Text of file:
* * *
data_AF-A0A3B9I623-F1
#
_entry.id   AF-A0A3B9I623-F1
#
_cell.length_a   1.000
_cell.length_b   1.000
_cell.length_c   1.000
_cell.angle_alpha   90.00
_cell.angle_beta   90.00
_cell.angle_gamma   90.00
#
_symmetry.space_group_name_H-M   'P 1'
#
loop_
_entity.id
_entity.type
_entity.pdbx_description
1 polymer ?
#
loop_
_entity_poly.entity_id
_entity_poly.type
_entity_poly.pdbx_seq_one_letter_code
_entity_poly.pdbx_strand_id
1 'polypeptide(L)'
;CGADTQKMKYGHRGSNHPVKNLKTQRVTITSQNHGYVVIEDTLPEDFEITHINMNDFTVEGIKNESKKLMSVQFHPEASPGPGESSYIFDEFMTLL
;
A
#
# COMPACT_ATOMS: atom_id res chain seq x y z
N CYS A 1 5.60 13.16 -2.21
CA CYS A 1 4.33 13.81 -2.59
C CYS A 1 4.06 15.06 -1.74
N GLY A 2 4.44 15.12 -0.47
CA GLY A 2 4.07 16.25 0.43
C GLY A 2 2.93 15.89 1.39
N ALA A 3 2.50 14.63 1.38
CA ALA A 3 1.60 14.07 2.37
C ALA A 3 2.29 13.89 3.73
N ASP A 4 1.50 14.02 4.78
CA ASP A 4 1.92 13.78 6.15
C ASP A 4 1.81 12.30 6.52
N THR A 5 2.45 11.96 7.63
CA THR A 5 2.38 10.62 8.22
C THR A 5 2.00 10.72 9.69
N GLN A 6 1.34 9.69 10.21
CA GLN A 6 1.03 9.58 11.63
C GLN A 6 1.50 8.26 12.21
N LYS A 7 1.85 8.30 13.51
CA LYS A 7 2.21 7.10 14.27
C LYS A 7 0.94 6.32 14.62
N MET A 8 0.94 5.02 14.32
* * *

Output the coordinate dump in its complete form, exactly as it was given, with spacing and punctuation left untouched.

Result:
data_AF-A0A3B9I623-F1
#
_entry.id   AF-A0A3B9I623-F1
#
_cell.length_a   1.000
_cell.length_b   1.000
_cell.length_c   1.000
_cell.angle_alpha   90.00
_cell.angle_beta   90.00
_cell.angle_gamma   90.00
#
_symmetry.space_group_name_H-M   'P 1'
#
loop_
_entity.id
_entity.type
_entity.pdbx_description
1 polymer ?
#
loop_
_entity_poly.entity_id
_entity_poly.type
_entity_poly.pdbx_seq_one_letter_code
_entity_poly.pdbx_strand_id
1 'polypeptide(L)'
;CGADTQKMKYGHRGSNHPVKNLKTQRVTITSQNHGYVVIEDTLPEDFEITHINMNDFTVEGIKNESKKLMSVQFHPEASPGPGESSYIFDEFMTLL
;
A
#
# COMPACT_ATOMS: atom_id res chain seq x y z
N CYS A 1 5.60 13.16 -2.21
CA CYS A 1 4.33 13.81 -2.59
C CYS A 1 4.06 15.06 -1.74
N GLY A 2 4.44 15.12 -0.47
CA GLY A 2 4.07 16.25 0.43
C GLY A 2 2.93 15.89 1.39
N ALA A 3 2.50 14.63 1.38
CA ALA A 3 1.60 14.07 2.37
C ALA A 3 2.29 13.89 3.73
N ASP A 4 1.50 14.02 4.78
CA ASP A 4 1.92 13.78 6.15
C ASP A 4 1.81 12.30 6.52
N THR A 5 2.45 11.96 7.63
CA THR A 5 2.38 10.62 8.22
C THR A 5 2.00 10.72 9.69
N GLN A 6 1.34 9.69 10.21
CA GLN A 6 1.03 9.58 11.63
C GLN A 6 1.50 8.26 12.21
N LYS A 7 1.85 8.30 13.51
CA LYS A 7 2.21 7.10 14.27
C LYS A 7 0.94 6.32 14.62
N MET A 8 0.94 5.02 14.32